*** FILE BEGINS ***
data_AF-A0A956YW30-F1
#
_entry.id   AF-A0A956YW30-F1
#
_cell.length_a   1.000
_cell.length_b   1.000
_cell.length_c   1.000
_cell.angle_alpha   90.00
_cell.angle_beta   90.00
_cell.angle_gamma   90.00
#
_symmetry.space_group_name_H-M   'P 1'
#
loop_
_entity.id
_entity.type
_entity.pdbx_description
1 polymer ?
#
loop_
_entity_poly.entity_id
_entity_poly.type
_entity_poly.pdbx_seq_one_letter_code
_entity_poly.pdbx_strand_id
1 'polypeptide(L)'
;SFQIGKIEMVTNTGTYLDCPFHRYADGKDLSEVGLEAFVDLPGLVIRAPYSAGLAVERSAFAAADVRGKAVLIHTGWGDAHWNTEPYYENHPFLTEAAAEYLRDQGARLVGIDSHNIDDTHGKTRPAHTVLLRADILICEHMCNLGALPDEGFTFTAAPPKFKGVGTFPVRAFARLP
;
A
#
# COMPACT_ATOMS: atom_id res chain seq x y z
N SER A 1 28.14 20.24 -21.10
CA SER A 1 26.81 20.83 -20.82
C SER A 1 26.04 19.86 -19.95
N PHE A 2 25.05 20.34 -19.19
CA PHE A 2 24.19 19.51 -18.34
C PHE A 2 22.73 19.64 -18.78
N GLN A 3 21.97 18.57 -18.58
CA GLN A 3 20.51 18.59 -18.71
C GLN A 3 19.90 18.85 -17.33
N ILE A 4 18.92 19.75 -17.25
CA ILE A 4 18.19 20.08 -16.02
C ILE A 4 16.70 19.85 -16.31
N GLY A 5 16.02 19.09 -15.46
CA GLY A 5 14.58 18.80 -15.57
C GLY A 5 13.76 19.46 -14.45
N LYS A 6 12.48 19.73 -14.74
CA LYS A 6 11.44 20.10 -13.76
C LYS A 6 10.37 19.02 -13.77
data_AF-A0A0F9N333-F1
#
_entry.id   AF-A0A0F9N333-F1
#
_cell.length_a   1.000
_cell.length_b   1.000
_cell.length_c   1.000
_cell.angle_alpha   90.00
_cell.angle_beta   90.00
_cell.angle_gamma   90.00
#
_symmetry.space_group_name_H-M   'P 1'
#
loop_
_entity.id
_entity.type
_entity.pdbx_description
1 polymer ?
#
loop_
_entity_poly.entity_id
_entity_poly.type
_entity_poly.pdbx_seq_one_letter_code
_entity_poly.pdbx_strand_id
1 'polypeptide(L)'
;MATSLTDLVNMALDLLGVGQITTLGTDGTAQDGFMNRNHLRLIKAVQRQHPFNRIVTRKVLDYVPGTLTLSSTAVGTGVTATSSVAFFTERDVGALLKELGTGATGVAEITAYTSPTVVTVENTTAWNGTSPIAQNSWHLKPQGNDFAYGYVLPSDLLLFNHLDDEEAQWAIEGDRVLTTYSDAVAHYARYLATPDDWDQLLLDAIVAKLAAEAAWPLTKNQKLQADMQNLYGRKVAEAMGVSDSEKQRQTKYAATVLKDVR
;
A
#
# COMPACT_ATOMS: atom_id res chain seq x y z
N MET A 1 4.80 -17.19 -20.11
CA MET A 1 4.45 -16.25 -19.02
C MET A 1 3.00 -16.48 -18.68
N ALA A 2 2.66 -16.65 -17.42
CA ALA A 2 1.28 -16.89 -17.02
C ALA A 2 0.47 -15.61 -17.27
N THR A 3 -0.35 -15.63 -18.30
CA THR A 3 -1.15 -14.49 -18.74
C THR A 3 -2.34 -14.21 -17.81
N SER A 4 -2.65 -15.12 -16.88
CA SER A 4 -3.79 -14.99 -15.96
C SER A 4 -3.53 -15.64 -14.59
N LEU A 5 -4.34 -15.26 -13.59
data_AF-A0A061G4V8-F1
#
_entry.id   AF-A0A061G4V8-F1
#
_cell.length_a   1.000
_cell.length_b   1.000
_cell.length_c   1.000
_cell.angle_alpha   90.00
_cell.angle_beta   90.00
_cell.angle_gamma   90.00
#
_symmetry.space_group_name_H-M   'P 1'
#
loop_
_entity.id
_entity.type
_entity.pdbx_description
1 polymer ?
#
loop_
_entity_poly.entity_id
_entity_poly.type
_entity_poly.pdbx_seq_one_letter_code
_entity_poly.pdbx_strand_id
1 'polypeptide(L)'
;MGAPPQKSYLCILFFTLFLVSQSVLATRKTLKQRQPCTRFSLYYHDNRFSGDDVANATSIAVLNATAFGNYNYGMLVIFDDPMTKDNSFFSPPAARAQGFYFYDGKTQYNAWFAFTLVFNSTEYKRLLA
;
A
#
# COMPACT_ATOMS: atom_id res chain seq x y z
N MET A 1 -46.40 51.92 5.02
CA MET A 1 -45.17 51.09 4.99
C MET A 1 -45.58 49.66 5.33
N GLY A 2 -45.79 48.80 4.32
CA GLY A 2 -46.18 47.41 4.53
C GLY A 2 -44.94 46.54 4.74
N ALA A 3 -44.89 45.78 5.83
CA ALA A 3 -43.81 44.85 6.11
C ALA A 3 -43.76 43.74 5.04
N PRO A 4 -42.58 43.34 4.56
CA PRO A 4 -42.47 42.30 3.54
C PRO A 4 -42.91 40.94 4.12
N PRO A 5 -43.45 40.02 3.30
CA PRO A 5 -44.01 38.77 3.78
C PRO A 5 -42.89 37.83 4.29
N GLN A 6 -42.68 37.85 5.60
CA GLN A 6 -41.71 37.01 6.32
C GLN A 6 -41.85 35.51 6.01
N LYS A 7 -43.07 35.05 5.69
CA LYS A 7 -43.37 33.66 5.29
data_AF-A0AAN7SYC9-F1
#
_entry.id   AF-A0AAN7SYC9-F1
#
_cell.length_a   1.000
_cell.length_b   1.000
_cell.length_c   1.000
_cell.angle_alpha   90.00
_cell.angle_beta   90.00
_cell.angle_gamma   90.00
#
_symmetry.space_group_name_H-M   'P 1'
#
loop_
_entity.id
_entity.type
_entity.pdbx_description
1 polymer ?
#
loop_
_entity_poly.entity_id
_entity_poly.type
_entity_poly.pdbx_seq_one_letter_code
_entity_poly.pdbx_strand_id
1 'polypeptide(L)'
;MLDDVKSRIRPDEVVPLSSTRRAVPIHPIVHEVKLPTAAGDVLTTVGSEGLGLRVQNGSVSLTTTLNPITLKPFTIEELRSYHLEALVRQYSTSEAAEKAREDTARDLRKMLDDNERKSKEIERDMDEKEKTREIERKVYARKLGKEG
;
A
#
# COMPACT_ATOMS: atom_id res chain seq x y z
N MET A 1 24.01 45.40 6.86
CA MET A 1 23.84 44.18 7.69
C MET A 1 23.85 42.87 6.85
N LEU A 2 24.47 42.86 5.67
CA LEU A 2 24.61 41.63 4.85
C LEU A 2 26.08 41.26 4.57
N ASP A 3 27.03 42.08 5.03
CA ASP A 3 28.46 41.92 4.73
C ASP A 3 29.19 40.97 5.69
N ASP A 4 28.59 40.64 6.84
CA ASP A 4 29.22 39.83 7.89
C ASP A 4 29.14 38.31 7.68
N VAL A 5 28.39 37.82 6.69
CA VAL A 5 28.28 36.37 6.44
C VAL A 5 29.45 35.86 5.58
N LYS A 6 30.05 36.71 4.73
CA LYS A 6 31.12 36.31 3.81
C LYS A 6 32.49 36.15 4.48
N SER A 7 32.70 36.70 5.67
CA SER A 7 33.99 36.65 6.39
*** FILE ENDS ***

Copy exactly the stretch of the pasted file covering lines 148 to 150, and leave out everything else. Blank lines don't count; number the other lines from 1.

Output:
_cell.length_c   1.000
_cell.angle_alpha   90.00
_cell.angle_beta   90.00